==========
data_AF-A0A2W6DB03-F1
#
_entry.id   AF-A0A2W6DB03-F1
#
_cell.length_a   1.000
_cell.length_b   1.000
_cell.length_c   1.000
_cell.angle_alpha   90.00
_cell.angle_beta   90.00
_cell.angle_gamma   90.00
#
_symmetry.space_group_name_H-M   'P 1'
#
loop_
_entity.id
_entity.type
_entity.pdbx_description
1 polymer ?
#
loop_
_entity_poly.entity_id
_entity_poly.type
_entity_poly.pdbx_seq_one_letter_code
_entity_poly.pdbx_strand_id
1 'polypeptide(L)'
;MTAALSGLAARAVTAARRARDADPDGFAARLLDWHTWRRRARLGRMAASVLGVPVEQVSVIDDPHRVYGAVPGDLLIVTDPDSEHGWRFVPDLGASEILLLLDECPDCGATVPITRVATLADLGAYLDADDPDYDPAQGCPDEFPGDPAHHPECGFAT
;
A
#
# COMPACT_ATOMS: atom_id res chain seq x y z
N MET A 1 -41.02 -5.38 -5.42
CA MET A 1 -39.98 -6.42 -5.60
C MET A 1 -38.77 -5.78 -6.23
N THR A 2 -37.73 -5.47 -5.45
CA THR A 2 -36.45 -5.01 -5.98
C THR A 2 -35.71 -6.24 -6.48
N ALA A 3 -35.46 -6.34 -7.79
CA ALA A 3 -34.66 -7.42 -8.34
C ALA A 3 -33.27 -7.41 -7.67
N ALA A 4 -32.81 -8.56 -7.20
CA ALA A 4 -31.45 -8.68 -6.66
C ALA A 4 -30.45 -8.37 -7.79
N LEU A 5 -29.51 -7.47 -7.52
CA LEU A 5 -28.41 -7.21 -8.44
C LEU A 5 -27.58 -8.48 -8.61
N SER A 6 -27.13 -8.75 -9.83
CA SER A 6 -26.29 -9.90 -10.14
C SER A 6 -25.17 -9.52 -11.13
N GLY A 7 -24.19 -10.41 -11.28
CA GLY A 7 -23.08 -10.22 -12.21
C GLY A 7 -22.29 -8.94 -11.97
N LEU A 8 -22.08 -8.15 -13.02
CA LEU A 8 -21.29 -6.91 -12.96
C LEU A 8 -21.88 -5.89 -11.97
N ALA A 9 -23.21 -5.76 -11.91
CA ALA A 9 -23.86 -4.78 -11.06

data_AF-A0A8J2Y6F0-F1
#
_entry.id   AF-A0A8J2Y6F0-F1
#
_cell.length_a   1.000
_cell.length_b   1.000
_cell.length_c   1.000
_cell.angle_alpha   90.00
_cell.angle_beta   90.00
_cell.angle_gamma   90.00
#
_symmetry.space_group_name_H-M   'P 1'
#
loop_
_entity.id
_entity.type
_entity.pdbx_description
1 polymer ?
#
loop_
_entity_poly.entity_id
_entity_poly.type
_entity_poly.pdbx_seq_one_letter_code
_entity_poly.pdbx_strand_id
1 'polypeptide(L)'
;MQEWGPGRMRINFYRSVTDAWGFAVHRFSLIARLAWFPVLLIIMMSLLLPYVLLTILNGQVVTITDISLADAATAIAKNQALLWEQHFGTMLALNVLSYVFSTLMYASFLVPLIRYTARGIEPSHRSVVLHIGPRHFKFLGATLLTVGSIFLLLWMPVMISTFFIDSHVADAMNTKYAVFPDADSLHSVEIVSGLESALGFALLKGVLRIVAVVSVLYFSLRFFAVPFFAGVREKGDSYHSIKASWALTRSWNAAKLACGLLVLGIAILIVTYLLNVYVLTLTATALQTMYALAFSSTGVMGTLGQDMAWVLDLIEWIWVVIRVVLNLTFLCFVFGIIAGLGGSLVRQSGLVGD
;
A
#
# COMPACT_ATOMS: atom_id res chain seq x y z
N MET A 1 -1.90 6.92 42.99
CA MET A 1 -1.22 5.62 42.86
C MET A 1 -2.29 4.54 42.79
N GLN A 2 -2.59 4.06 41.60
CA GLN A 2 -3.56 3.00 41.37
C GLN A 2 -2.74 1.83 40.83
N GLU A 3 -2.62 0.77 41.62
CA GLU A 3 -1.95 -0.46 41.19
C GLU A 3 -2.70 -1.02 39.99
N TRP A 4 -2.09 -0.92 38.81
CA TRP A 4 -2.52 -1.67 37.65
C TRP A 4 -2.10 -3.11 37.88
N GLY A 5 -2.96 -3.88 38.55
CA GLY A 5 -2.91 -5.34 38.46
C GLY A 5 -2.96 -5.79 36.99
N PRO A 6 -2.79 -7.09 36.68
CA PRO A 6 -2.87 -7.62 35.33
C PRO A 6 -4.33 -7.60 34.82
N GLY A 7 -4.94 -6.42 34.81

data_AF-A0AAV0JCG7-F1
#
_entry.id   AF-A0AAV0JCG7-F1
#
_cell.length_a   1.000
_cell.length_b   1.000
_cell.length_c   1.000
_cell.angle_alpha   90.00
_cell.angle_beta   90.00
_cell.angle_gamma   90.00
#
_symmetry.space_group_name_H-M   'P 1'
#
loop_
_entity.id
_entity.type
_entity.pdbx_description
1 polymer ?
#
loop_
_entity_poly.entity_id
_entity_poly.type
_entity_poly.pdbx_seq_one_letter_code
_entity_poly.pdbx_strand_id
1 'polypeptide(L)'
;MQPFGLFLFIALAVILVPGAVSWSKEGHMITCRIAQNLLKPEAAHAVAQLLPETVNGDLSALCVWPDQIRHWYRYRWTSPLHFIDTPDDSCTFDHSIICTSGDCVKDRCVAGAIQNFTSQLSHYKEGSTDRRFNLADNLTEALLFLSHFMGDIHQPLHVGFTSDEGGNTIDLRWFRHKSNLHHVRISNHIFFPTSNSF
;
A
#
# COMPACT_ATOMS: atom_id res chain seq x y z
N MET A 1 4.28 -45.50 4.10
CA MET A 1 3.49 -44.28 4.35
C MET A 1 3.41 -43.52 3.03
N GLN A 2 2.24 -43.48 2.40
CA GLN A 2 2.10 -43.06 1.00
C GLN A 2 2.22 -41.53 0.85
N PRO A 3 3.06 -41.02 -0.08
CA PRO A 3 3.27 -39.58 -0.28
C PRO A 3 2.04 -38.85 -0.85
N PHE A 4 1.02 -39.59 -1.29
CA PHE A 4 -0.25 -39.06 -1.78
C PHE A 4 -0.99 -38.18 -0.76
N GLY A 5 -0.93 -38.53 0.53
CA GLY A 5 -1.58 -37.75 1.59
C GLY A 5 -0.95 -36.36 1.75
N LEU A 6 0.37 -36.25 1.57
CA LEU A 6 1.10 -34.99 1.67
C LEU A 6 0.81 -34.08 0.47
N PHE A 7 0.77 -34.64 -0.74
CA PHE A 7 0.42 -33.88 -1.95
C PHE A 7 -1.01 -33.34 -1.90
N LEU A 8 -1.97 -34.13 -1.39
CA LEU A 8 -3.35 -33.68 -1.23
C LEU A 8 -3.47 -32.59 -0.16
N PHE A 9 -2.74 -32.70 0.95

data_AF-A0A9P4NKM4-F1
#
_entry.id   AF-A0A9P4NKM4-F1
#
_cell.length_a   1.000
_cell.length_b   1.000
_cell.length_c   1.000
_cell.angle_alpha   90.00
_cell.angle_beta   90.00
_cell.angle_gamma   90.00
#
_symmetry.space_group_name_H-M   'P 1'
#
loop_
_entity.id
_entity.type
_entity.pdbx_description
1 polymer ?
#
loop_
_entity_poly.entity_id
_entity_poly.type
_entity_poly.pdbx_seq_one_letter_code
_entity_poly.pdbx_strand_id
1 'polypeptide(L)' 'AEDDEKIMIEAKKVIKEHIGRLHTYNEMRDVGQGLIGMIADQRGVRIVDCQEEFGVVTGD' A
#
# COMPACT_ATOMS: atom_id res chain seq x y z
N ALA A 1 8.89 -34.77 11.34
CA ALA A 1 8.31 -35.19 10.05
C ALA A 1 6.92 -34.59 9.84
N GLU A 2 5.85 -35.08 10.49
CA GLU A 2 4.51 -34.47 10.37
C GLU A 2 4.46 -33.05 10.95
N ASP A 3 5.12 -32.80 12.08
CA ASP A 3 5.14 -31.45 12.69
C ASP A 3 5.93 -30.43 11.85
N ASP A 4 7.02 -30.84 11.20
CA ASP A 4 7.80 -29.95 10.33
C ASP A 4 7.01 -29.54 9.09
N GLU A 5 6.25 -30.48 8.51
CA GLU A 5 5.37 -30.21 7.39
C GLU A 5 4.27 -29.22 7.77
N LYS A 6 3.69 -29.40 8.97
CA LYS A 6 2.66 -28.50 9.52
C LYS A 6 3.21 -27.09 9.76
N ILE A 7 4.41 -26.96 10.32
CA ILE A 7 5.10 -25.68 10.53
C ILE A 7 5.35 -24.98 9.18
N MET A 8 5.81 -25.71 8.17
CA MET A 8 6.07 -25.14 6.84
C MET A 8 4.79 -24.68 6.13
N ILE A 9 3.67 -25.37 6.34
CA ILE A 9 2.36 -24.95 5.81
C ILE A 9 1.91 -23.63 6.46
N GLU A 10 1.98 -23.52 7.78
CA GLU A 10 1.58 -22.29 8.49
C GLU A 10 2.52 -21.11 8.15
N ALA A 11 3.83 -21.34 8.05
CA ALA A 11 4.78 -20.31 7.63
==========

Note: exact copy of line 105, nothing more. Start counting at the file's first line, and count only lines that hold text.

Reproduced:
N GLY A 7 -4.94 -6.42 34.81